Design Thinking Methods and Tools for Innovation

  • Dimitra Chasanidou
  • Andrea Alessandro Gasparini
  • Eunji Lee
Conference paper
Part of the Lecture Notes in Computer Science book series (LNCS, volume 9186)

Abstract

Design thinking (DT) is regarded as a system of three overlapping spaces—viability, desirability, and feasibility—where innovation increases when all three perspectives are addressed. Understanding how innovation within teams can be supported by DT methods and tools captivates the interest of business communities. This paper aims to examine how DT methods and tools foster innovation in teams. A case study approach, based on two workshops, examined three DT methods with a software tool. The findings support the use of DT methods and tools as a way of incubating ideas and creating innovative solutions within teams when team collaboration and software limitations are balanced. The paper proposes guidelines for utilizing DT methods and tools in innovation projects.

Keywords

Design thinking Design thinking methods Design thinking tools Innovation Personas Stakeholder map Customer journey map 

Notes

Acknowledgments

We thank our participants of the two workshops and everyone involved in the case study.

References

  1. 1.
    Alves, R., Jardim Nunes, N.: Towards a taxonomy of service design methods and tools. In: Falcão e Cunha, J., Snene, M., Nóvoa, H. (eds.) IESS 2013. LNBIP, vol. 143, pp. 215–229. Springer, Heidelberg (2013)CrossRefGoogle Scholar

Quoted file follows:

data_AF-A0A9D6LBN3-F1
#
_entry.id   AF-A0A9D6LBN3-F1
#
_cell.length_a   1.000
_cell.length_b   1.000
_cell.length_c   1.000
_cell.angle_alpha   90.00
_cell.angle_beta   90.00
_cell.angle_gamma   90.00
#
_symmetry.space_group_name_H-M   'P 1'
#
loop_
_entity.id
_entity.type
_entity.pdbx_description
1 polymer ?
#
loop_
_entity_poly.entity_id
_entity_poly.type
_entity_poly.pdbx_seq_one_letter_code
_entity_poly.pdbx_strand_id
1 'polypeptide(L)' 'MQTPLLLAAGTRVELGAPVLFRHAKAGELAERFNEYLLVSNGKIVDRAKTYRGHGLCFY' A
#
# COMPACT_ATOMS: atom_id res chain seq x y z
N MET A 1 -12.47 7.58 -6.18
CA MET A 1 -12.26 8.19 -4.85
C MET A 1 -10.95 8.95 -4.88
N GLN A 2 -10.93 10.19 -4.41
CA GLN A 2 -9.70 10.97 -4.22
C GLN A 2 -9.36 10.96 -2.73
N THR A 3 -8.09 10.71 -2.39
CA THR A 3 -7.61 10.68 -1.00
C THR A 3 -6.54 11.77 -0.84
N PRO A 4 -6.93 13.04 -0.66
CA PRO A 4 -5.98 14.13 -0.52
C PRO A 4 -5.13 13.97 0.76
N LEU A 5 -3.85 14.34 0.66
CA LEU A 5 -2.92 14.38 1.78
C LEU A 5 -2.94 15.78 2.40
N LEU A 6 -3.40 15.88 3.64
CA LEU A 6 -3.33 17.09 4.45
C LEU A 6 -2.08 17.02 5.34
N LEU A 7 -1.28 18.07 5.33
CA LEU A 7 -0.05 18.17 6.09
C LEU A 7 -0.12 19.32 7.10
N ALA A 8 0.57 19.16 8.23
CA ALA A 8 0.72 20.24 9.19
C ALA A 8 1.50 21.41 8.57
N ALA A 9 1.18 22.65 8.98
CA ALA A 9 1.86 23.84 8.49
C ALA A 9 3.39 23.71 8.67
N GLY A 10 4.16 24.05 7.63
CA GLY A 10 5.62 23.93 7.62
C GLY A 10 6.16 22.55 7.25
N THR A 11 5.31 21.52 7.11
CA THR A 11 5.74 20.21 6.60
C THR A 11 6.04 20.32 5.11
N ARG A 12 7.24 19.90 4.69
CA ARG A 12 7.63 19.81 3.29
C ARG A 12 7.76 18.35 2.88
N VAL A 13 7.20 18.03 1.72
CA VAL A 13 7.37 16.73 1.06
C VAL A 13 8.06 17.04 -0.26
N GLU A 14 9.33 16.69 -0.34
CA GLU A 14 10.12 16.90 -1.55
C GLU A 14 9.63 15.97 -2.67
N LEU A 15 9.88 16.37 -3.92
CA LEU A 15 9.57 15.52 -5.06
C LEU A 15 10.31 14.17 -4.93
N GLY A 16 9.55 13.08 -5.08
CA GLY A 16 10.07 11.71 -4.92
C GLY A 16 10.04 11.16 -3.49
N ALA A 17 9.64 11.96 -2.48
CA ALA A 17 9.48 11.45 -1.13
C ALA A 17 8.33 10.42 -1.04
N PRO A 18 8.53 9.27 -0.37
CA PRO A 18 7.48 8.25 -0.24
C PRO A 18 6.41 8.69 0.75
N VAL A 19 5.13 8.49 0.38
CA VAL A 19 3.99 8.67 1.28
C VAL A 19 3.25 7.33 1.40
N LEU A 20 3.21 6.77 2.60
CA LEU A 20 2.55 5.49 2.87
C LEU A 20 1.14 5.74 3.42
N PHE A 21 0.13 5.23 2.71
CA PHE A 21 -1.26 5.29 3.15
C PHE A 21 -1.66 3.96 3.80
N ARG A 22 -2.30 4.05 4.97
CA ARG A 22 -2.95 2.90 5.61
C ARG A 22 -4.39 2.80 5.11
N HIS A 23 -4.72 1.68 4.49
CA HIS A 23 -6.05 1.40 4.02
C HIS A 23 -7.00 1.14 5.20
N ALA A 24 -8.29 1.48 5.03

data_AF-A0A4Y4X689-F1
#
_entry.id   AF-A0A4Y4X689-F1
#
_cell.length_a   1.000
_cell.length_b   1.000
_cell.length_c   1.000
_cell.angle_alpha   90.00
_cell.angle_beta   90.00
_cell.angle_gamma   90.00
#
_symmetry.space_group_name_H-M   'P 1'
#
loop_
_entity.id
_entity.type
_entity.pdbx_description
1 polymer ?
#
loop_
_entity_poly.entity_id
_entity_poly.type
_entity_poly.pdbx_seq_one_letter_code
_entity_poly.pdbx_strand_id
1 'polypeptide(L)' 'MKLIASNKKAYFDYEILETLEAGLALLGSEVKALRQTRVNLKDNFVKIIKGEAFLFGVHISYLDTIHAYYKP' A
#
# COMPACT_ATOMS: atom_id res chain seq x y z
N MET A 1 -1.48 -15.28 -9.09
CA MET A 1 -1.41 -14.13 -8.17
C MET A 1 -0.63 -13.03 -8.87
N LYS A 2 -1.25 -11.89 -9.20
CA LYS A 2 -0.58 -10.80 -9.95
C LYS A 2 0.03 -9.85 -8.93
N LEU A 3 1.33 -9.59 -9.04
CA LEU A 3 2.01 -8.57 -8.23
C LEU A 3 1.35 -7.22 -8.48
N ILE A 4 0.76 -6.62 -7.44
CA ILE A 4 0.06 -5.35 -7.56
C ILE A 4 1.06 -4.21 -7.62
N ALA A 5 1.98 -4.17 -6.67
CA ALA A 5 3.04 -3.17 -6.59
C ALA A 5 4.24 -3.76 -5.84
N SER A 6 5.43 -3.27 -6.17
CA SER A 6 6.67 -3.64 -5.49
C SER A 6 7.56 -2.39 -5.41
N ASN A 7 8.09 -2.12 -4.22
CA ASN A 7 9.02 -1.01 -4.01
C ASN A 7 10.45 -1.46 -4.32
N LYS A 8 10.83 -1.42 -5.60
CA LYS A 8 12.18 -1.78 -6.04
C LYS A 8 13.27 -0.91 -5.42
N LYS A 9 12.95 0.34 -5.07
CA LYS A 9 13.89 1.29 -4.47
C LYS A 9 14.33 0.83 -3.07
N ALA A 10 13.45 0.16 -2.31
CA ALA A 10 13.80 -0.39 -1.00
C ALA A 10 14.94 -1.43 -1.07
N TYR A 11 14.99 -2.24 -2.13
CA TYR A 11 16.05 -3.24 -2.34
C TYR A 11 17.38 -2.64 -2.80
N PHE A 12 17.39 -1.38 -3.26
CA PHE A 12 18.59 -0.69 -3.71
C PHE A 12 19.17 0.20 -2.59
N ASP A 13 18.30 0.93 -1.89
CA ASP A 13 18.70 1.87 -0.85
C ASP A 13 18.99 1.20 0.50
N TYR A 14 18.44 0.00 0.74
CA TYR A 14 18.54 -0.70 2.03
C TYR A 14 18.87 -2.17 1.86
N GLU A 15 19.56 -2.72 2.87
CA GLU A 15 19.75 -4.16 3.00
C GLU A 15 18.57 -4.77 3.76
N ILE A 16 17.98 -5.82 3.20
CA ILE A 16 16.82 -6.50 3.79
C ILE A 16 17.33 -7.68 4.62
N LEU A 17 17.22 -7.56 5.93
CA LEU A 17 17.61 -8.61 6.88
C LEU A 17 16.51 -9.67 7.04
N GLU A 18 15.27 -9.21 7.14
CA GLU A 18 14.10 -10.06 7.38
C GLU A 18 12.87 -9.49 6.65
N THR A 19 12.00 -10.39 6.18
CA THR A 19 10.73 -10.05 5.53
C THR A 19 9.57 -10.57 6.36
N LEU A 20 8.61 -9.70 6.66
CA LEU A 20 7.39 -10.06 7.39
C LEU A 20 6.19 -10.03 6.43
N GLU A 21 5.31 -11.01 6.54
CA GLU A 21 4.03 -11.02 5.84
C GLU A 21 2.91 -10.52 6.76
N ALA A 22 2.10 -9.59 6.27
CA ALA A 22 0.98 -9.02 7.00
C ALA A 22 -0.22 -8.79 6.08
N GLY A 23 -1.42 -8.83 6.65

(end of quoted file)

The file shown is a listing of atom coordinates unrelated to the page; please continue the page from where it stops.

2. 2.
    Bae, K.M., Lee, K.S., Kim, Y.S.: Relationship between service design tools and service innovation - focused on Korean healthcare cases. Asia Pac. J. Multimedia Serv. Convergent Art Humanit. Sociol. 4(2), 63–70 (2014)Google Scholar
  3. 3.
    Baregheh, A., Rowley, J., Sambrook, S.: Towards a multidisciplinary definition of innovation. Manage. Decis. 47(8), 1323–1339 (2009)CrossRefGoogle Scholar
  4. 4.
    Beckman, S.L., Barry, M.: Innovation as a learning process: embedding design thinking. Calif. Manage. Rev. 50(1), 25–56 (2007)CrossRefGoogle Scholar
  5. 5.
    Brown, T.: Change by Design: How Design Thinking Transforms Organizations and Inspires Innovation. Harper Business, New York (2009)Google Scholar
  6. 6.
    Buchanan, R.: Wicked problems in design thinking. Des. Issues 8(2), 5–21 (1992)MathSciNetCrossRefGoogle Scholar
  7. 7.
    Chasanidou, D., Gasparini, A.A., Lee, E.: Design Thinking Methods and Tools for Innovation in Multidisciplinary Teams. IN: Innovation in HCI: What Can We Learn from Design Thinking?, pp. 27–30 (2014). ISBN 978-82-7368-407-3Google Scholar
  8. 8.
    Clatworthy, S.D.: Service Innovation Through Touch-points: Development of an Innovation Toolkit for the First Stages of New Service Development. Int. J. Des. 5(2), 15–28 (2011)Google Scholar
  9. 9.
    Cross, N.: From a design science to a design discipline: understanding designerly ways of knowing and thinking. In: Design Research Now, pp. 41–54 (2007)Google Scholar
  10. 10.
    Culén, A., Gasparini, A.A.: Find a book! unpacking customer journeys at academic library. In: ACHI 2014 the Seventh International Conference on Advances in Computer-Human Interactions, p. 7 (2014)Google Scholar
  11. 11.
    Curedale, R.: Design Thinking: Process and Methods Manual. Design Community College Incorporated, Topanga (2013)Google Scholar
  12. 12.
    Fay, D., Borrill, C., Amir, Z., Haward, R., West, M.A.: Getting the most out of multidisciplinary teams: a multi-sample study of team innovation in health care. J. Occup. Organ. Psychol. 79, 553–567 (2006)CrossRefGoogle Scholar